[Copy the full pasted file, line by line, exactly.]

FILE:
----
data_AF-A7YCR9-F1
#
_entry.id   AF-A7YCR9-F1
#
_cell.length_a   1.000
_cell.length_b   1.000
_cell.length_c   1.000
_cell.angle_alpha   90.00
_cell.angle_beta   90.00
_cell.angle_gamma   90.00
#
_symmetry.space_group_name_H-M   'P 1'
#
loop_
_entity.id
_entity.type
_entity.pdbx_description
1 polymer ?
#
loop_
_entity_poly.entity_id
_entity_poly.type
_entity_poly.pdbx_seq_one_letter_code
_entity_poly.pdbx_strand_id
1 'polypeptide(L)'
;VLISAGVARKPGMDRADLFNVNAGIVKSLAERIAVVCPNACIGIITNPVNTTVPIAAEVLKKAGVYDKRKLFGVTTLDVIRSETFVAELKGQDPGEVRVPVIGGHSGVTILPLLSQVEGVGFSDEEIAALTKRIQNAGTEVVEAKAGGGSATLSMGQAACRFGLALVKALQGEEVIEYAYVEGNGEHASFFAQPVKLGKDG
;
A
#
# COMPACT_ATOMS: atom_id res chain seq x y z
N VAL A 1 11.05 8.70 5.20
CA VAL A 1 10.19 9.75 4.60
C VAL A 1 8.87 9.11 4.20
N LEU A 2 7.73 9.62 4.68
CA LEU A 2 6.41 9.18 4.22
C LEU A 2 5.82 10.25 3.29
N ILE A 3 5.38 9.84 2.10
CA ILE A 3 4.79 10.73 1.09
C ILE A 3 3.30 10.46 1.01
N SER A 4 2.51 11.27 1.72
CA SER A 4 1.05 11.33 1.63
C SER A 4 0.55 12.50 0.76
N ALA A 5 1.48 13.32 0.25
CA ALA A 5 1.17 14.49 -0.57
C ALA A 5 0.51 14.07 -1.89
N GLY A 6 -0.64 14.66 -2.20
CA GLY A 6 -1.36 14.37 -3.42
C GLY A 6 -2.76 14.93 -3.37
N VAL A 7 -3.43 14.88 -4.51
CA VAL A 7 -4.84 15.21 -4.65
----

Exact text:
data_AF-A7YCR9-F1
#
_entry.id   AF-A7YCR9-F1
#
_cell.length_a   1.000
_cell.length_b   1.000
_cell.length_c   1.000
_cell.angle_alpha   90.00
_cell.angle_beta   90.00
_cell.angle_gamma   90.00
#
_symmetry.space_group_name_H-M   'P 1'
#
loop_
_entity.id
_entity.type
_entity.pdbx_description
1 polymer ?
#
loop_
_entity_poly.entity_id
_entity_poly.type
_entity_poly.pdbx_seq_one_letter_code
_entity_poly.pdbx_strand_id
1 'polypeptide(L)'
;VLISAGVARKPGMDRADLFNVNAGIVKSLAERIAVVCPNACIGIITNPVNTTVPIAAEVLKKAGVYDKRKLFGVTTLDVIRSETFVAELKGQDPGEVRVPVIGGHSGVTILPLLSQVEGVGFSDEEIAALTKRIQNAGTEVVEAKAGGGSATLSMGQAACRFGLALVKALQGEEVIEYAYVEGNGEHASFFAQPVKLGKDG
;
A
#
# COMPACT_ATOMS: atom_id res chain seq x y z
N VAL A 1 11.05 8.70 5.20
CA VAL A 1 10.19 9.75 4.60
C VAL A 1 8.87 9.11 4.20
N LEU A 2 7.73 9.62 4.68
CA LEU A 2 6.41 9.18 4.22
C LEU A 2 5.82 10.25 3.29
N ILE A 3 5.38 9.84 2.10
CA ILE A 3 4.79 10.73 1.09
C ILE A 3 3.30 10.46 1.01
N SER A 4 2.51 11.27 1.72
CA SER A 4 1.05 11.33 1.63
C SER A 4 0.55 12.50 0.76
N ALA A 5 1.48 13.32 0.25
CA ALA A 5 1.17 14.49 -0.57
C ALA A 5 0.51 14.07 -1.89
N GLY A 6 -0.64 14.66 -2.20
CA GLY A 6 -1.36 14.37 -3.42
C GLY A 6 -2.76 14.93 -3.37
N VAL A 7 -3.43 14.88 -4.51
CA VAL A 7 -4.84 15.21 -4.65